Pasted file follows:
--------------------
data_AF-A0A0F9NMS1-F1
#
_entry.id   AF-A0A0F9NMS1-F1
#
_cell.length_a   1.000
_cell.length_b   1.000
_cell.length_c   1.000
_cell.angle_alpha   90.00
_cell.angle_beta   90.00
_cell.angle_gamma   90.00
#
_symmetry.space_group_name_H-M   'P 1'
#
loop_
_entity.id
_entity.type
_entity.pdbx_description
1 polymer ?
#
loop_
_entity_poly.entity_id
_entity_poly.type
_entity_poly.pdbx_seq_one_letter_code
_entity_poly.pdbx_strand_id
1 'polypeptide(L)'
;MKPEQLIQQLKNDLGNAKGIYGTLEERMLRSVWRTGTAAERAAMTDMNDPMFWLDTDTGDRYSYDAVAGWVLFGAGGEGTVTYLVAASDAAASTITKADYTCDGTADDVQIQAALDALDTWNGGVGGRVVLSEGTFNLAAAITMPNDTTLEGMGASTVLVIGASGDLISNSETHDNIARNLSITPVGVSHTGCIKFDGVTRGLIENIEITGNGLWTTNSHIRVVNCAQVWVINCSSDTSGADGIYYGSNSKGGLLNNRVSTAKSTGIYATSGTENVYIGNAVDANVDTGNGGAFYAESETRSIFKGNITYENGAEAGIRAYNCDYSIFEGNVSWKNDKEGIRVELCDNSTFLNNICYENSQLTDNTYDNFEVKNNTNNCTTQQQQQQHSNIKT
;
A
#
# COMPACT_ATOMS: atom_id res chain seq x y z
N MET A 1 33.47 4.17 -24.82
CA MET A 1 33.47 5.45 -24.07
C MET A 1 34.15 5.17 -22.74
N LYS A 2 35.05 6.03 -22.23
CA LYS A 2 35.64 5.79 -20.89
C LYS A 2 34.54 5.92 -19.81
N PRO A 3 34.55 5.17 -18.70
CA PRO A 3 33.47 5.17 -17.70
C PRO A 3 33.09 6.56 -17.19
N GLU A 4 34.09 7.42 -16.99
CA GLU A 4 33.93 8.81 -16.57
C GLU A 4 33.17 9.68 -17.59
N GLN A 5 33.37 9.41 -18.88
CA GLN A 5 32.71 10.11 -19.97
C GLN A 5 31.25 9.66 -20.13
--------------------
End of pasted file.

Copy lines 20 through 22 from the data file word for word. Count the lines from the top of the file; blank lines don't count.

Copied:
loop_
_entity_poly.entity_id
_entity_poly.type